Magazine article The Spectator

Cider House Rules

Magazine article The Spectator

Cider House Rules

Article excerpt

Most of the best ciders come from the West Country and Herefordshire these days, but for me the real cider country is Somerset. This is where I had my first taste of the real thing: a half-pint of cloudy scrumpy in the pub at Monksilver, which has one of the nicest names of any English village. I was 13 and got sloshed. As Laurie Lee knew, cider is the drink for the young: wholesome yet lethal. If you want to set your children on the road towards serious grown-up drinking, give them this, but try not to go higher than 7.5 per cent. One reason there are so many psychos in the West Country is that flat, deadly scrumpy that will turn anyone violent by the fourth pint. Just look at Bath on a Friday night.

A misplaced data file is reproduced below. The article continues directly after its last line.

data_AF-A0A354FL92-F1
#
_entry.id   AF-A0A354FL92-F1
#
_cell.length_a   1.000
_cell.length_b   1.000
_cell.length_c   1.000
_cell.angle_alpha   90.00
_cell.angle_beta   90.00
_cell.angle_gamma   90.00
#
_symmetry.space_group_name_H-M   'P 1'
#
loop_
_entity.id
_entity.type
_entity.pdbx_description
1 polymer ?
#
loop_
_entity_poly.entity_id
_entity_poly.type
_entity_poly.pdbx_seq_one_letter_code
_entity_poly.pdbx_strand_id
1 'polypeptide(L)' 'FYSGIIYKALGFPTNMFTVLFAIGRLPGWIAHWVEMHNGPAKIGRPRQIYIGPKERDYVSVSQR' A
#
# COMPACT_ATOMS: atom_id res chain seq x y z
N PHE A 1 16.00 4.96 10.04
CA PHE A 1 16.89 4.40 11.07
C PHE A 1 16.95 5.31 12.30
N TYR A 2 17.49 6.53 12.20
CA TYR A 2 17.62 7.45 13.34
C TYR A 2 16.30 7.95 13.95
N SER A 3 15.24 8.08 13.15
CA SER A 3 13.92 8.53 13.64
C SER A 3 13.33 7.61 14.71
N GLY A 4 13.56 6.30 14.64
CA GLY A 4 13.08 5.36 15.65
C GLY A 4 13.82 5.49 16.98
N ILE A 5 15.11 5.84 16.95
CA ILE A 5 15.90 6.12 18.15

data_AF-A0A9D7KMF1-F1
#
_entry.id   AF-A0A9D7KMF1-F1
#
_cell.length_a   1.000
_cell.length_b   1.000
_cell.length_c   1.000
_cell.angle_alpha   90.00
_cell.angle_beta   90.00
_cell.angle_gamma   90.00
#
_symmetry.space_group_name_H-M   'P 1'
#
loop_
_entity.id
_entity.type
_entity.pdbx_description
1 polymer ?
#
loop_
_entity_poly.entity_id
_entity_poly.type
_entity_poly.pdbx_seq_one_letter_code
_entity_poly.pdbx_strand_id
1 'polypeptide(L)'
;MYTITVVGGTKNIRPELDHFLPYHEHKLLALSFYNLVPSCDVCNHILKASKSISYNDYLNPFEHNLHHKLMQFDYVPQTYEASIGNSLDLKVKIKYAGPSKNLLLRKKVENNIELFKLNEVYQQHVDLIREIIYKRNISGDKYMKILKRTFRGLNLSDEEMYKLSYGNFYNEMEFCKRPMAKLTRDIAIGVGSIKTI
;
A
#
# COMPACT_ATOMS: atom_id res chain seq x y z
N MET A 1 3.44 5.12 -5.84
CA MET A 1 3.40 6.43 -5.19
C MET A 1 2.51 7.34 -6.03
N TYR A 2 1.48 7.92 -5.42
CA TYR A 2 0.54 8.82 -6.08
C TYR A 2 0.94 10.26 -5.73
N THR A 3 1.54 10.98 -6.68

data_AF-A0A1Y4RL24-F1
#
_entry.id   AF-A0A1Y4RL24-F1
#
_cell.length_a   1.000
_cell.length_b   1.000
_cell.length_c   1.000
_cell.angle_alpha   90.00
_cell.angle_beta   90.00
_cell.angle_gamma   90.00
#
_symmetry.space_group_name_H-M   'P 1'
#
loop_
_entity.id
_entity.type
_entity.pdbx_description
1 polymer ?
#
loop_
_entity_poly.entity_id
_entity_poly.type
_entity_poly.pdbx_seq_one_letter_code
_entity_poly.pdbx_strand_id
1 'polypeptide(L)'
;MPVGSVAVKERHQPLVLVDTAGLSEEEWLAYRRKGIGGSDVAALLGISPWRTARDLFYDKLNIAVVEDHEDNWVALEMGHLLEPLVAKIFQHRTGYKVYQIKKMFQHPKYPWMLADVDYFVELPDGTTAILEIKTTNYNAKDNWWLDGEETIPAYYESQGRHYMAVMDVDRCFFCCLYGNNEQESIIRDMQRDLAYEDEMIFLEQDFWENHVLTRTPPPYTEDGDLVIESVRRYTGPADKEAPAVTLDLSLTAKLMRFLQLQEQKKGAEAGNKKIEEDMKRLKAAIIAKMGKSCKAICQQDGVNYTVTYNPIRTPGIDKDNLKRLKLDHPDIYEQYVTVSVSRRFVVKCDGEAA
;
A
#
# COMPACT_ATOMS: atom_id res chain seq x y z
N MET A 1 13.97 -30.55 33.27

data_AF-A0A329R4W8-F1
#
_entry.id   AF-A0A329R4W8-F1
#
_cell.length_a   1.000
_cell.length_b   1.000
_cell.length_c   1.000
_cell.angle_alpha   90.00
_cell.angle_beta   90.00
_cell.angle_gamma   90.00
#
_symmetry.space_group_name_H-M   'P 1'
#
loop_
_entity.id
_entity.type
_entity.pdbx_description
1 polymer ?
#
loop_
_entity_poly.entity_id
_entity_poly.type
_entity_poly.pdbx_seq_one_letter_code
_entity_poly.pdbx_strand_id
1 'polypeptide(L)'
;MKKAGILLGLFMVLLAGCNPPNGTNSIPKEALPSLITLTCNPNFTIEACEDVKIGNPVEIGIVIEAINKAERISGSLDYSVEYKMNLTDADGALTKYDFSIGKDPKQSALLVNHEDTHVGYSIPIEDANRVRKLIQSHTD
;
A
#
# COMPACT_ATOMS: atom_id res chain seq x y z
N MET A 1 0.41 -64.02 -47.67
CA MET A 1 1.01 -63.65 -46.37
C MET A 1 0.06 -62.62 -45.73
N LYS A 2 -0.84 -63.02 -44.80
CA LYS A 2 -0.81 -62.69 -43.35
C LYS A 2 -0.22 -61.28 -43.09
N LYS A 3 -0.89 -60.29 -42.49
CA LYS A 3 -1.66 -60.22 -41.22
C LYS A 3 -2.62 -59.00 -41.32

Most farmhouses in this soft, red-earthed part of the land used to have a cider press. On warm autumn days, you can hear the sizzle of apples fermenting in orchards. A sweet yeastiness floats on the air - none of the eggy stench from bottles of mass-produced ciders that pollutes London pubs in summer. …

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